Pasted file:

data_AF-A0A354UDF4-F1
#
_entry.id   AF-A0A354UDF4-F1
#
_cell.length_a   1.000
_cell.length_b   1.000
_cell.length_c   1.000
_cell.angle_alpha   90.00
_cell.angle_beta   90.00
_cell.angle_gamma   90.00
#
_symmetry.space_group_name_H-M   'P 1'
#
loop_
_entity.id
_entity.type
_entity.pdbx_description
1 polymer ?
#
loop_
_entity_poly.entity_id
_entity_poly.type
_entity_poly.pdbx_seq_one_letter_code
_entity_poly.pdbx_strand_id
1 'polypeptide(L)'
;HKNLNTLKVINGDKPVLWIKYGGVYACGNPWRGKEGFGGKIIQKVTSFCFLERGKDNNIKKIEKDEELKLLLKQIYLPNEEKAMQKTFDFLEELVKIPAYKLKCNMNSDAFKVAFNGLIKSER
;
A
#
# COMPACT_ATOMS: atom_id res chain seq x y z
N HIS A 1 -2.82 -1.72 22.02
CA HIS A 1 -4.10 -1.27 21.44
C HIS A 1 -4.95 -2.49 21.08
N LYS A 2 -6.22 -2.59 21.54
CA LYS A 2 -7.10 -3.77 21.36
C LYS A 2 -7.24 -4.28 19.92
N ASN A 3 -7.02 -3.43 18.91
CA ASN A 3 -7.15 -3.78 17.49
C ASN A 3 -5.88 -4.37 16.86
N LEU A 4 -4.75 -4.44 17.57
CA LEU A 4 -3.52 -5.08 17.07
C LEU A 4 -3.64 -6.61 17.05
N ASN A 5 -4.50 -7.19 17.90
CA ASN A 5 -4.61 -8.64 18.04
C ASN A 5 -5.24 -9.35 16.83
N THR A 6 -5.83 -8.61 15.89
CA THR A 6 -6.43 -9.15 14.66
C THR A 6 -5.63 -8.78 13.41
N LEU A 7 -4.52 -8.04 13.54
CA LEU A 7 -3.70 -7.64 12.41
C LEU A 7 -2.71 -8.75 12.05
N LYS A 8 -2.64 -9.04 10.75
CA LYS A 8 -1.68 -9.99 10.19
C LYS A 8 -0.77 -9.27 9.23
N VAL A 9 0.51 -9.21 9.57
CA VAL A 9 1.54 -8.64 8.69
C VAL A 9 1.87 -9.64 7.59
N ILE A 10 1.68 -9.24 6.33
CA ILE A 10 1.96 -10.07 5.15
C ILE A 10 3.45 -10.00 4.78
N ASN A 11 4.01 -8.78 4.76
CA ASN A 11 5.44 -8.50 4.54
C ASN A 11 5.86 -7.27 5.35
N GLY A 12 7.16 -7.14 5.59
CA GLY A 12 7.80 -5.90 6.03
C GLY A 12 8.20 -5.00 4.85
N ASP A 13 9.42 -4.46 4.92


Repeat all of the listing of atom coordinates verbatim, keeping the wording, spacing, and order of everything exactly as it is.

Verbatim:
data_AF-A0A354UDF4-F1
#
_entry.id   AF-A0A354UDF4-F1
#
_cell.length_a   1.000
_cell.length_b   1.000
_cell.length_c   1.000
_cell.angle_alpha   90.00
_cell.angle_beta   90.00
_cell.angle_gamma   90.00
#
_symmetry.space_group_name_H-M   'P 1'
#
loop_
_entity.id
_entity.type
_entity.pdbx_description
1 polymer ?
#
loop_
_entity_poly.entity_id
_entity_poly.type
_entity_poly.pdbx_seq_one_letter_code
_entity_poly.pdbx_strand_id
1 'polypeptide(L)'
;HKNLNTLKVINGDKPVLWIKYGGVYACGNPWRGKEGFGGKIIQKVTSFCFLERGKDNNIKKIEKDEELKLLLKQIYLPNEEKAMQKTFDFLEELVKIPAYKLKCNMNSDAFKVAFNGLIKSER
;
A
#
# COMPACT_ATOMS: atom_id res chain seq x y z
N HIS A 1 -2.82 -1.72 22.02
CA HIS A 1 -4.10 -1.27 21.44
C HIS A 1 -4.95 -2.49 21.08
N LYS A 2 -6.22 -2.59 21.54
CA LYS A 2 -7.10 -3.77 21.36
C LYS A 2 -7.24 -4.28 19.92
N ASN A 3 -7.02 -3.43 18.91
CA ASN A 3 -7.15 -3.78 17.49
C ASN A 3 -5.88 -4.37 16.86
N LEU A 4 -4.75 -4.44 17.57
CA LEU A 4 -3.52 -5.08 17.07
C LEU A 4 -3.64 -6.61 17.05
N ASN A 5 -4.50 -7.19 17.90
CA ASN A 5 -4.61 -8.64 18.04
C ASN A 5 -5.24 -9.35 16.83
N THR A 6 -5.83 -8.61 15.89
CA THR A 6 -6.43 -9.15 14.66
C THR A 6 -5.63 -8.78 13.41
N LEU A 7 -4.52 -8.04 13.54
CA LEU A 7 -3.70 -7.64 12.41
C LEU A 7 -2.71 -8.75 12.05
N LYS A 8 -2.64 -9.04 10.75
CA LYS A 8 -1.68 -9.99 10.19
C LYS A 8 -0.77 -9.27 9.23
N VAL A 9 0.51 -9.21 9.57
CA VAL A 9 1.54 -8.64 8.69
C VAL A 9 1.87 -9.64 7.59
N ILE A 10 1.68 -9.24 6.33
CA ILE A 10 1.96 -10.07 5.15
C ILE A 10 3.45 -10.00 4.78
N ASN A 11 4.01 -8.78 4.76
CA ASN A 11 5.44 -8.50 4.54
C ASN A 11 5.86 -7.27 5.35
N GLY A 12 7.16 -7.14 5.59
CA GLY A 12 7.80 -5.90 6.03
C GLY A 12 8.20 -5.00 4.85
N ASP A 13 9.42 -4.46 4.92